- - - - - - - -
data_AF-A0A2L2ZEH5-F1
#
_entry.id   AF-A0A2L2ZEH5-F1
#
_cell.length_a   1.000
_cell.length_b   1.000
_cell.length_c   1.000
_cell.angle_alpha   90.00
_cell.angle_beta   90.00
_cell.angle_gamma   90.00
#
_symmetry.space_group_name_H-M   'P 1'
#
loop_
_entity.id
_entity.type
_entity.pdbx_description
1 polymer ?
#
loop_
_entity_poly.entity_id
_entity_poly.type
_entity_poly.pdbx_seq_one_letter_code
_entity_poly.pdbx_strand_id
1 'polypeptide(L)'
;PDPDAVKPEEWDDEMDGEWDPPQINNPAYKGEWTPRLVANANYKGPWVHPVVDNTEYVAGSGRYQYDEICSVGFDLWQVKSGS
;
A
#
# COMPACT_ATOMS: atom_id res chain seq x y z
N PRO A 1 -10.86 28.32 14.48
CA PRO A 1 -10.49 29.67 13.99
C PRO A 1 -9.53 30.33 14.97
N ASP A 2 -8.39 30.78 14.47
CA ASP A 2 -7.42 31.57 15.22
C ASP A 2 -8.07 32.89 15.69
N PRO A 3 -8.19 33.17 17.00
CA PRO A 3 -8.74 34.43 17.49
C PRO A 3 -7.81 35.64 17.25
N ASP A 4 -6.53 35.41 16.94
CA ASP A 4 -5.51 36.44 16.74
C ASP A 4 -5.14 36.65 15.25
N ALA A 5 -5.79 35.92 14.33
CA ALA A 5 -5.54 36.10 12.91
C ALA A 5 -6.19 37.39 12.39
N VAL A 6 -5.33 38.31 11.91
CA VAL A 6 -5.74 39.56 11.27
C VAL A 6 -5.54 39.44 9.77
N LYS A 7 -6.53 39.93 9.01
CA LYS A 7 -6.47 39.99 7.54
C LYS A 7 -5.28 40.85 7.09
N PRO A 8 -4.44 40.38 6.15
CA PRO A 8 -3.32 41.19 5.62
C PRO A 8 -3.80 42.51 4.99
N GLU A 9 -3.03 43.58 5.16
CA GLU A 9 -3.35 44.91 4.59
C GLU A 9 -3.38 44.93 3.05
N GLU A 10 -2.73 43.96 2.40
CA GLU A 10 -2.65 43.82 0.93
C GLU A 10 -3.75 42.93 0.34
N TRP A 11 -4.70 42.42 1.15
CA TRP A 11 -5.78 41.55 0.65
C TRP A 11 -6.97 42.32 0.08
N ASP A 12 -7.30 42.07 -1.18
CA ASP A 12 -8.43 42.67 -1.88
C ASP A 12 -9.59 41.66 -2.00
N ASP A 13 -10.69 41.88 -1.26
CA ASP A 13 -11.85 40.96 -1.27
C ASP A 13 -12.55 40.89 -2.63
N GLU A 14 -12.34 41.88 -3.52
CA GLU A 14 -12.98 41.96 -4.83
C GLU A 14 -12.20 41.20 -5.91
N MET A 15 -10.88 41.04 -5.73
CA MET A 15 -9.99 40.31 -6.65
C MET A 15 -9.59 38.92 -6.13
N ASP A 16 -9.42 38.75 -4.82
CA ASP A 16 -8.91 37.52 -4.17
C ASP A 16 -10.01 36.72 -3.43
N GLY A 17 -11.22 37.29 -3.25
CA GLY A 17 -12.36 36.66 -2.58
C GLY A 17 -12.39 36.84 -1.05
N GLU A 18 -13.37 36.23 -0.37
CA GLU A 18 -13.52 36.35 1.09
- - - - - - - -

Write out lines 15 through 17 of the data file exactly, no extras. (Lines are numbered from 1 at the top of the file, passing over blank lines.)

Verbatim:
_entity.id
_entity.type
_entity.pdbx_description